In the 2-year period between 1/8/2016 and 31/7/2018 several biosimilars of anti-TNF agents have been marketed and many physicians switched their patients to these new drugs in an effort to cut down on medical costs. To avoid recording switching to biosimilars as a switch to another bDMARD, we searched the database using ATC5 codes for all medications of interest, given that the ATC classification system relies on substance and cannot discriminate between a bDMARD and its biosimilar.
Our study has several limitations. First, we were not able to capture all patients treated with csDMARDs in our country. The reason is that a significant number of patients with IRDs had no relevant prescription records kept in the electronic database system and as a result, have not been included in our cohort, because they prefer to pay the very low cost of methotrexate and hydroxychloroquine in order to avoid the time-consuming process of having them prescribed, which in addition costs more than the drug prices for those followed in private units. Second, we were unable to retrieve reliable individual-level data on IRD activity and patient functional impairment due to the structure of the e-Government Centre for Social Security Services prescription database. Although disability is a factor possibly predisposing to anxiety and depression, data on disease duration that could correlate with disability was also not available. Third, our findings did not rely on a psychiatric diagnosis of depression and anxiety, but the diagnosis of mood disorders was indirectly inferred from the use of antidepressant and/or anxiolytic medications. As a result, the lack of data on the possible concomitant presence of fibromyalgia for which antidepressants and anxiolytics are commonly prescribed may confound our results. On the other hand, not all patients with RA or PsA and concomitant depression use antidepressants,20 28 therefore our approach has clearly missed some of them. Although a comparison of our findings with antidepressant and anxiolytic prescription patterns in a non-IRD population would be revealing, it would require data for which we have not requested access. Finally, our study examines the use of antidepressant and anxiolytic medications and associates them with the introduction and switching of bDMARDs in patients with IRD over the entire time span of the two-year period under study. Consequently, an exact temporal association of bDMARD introduction or switching with the use of psychiatric medications cannot be supported, mainly due to the lack of an index event (introduction or switching) in the control group.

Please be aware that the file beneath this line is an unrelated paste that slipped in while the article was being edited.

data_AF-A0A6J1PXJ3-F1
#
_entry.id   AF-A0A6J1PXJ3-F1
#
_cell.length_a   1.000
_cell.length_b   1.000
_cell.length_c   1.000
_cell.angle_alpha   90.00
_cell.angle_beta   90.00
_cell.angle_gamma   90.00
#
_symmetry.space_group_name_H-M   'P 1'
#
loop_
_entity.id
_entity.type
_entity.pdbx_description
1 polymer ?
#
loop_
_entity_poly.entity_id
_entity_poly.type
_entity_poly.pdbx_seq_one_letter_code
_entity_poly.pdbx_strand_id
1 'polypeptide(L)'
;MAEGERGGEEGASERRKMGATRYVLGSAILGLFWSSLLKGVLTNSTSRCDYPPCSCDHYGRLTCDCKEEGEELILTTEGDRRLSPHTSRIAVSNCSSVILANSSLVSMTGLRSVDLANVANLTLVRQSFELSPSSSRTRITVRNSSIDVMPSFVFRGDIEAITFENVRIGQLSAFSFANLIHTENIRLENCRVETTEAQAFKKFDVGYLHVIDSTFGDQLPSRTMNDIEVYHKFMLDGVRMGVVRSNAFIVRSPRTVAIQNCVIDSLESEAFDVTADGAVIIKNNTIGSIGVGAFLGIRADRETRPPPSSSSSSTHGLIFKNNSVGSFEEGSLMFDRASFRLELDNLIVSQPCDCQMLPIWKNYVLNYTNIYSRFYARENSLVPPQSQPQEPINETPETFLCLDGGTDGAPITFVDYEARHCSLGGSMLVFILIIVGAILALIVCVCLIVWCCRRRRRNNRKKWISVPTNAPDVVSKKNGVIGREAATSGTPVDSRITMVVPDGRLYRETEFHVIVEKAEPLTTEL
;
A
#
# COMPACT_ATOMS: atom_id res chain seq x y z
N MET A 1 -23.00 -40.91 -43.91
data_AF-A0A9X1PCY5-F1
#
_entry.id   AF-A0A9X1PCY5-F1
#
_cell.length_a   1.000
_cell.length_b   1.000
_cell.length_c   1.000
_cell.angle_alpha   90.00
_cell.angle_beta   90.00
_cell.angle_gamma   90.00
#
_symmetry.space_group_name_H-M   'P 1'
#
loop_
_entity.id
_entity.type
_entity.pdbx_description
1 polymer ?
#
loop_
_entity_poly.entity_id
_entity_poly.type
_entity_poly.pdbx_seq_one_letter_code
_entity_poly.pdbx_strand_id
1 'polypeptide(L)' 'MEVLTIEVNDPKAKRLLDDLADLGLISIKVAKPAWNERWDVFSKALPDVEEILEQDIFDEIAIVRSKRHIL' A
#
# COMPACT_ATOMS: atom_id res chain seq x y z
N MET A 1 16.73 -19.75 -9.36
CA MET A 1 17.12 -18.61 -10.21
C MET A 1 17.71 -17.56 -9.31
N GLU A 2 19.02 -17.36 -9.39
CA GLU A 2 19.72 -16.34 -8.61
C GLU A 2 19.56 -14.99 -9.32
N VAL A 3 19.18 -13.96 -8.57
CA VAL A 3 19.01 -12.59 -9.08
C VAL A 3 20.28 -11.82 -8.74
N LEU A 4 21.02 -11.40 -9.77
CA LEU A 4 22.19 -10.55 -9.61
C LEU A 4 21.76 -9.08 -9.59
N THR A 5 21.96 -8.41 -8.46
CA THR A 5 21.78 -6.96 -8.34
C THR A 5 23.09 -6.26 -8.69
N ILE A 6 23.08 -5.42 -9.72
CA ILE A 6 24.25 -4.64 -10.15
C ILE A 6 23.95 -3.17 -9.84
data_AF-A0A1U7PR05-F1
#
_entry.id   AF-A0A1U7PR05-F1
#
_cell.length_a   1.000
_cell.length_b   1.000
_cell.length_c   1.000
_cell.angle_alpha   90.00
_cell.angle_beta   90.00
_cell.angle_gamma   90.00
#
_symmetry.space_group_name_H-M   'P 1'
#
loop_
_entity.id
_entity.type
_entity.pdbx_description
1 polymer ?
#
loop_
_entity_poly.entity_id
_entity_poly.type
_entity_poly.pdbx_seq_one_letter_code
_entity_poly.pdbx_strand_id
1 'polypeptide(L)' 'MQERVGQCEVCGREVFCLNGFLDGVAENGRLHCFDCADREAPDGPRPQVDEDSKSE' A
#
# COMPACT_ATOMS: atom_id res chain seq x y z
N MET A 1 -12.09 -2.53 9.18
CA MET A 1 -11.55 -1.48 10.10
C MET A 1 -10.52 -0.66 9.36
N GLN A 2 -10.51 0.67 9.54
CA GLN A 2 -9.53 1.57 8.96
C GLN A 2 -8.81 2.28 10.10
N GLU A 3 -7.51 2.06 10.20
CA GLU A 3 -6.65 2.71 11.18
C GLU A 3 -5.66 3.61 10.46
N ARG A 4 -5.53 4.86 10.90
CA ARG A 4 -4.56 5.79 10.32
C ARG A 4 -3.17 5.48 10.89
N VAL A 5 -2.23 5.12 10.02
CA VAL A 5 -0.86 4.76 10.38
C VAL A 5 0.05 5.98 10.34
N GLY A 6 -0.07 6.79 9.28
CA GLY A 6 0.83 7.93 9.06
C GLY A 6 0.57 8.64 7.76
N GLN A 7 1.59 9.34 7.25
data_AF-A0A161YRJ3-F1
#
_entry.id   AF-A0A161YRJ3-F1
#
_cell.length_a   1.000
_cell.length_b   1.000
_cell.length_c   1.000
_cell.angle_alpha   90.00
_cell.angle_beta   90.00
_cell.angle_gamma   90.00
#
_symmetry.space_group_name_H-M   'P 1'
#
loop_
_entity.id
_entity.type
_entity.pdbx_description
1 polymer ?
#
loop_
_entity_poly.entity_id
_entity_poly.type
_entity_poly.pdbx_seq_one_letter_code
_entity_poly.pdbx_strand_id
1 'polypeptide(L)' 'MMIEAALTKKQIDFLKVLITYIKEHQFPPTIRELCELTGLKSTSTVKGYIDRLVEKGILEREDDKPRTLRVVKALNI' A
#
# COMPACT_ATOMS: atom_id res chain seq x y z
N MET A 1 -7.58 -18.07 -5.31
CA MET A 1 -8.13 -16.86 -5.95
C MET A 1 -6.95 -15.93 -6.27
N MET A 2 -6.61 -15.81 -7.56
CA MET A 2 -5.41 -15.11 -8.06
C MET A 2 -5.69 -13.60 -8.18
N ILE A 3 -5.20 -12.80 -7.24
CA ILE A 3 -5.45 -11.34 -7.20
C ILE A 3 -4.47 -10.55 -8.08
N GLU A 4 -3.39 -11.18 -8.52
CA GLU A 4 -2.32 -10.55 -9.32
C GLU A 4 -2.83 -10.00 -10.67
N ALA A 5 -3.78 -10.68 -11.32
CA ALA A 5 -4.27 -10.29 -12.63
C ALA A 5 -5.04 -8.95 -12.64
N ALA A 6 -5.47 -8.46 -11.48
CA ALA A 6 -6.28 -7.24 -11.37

A universal healthcare system with single-payer medication coverage and no out-of-pocket cost for bDMARDs, provides a unique opportunity to test our initial hypothesis on a population level, avoiding any selection bias. A major strength of our study is the fact that the database from which our cohort is derived covers almost the entire country’s population, therefore practically all patients with RA, PsA and AS treated with bDMARDs in Greece. The large sample size allows for robust estimates of association, whereas current demographic findings are consistent with previous observations in the same real-world population.5
To conclude, depression and anxiety that are bi-directionally related with IRD, may contribute to bDMARD initiation and switching in these patients, either by aggravating disease severity and/or by distorting the perception of patient-reported outcome measures. Mood disorders should be always considered by practicing rheumatologists upon the decision to propose to an ‘inadequately treated’ patient the introduction or switching of a biologic agent. Whether the same holds true for patients with psoriasis and inflammatory bowel disease needs further investigation.
What is already known about this subject?
Depression and anxiety are common in patients with inflammatory rheumatic diseases (IRDs) and may negatively affect patient outcomes.
What does this study add?
Analysis of data from 42 815 patients with rheumatoid arthritis, psoriatic arthritis and ankylosing spondylitis who received bDMARDs and/or csDMARDs between 8/2016 and 7/2018 revealed that both initiation and switching of bDMARDs were associated with the use of antidepressant and anxiolytic medications, independently of age, gender, underlying disease and concomitant glucocorticoid or csDMARD use.
How might this impact on clinical practice?
Mood disorders that can either directly affect IRD activity and/or influence subjective patient-reported outcomes should be taken into account by rheumatologists who face the decision to initiate or switch bDMARDs.
Contributors VKB contributed in designing the study, statistical analysis, curation of data and drafting of the manuscript, MGGT contributed in designing the study and critically revised the manuscript, DV contributed in study conceptualisation, study design and critical revision of the manuscript, KL contributed in analysis of data, SP and KF contributed in data curation and drafting the manuscript. KM, AT and PM contributed in data curation and analysis, PPS conceived the original idea, supervised the project and contributed in study design, data analysis, writing and reviewing the manuscript.
Funding The authors have not declared a specific grant for this research from any funding agency in the public, commercial or not-for-profit sectors.
Competing interests None declared.
Patient consent for publication Not required.
Provenance and peer review Not commissioned; externally peer reviewed.
Data availability statement All data relevant to the study are included in the article.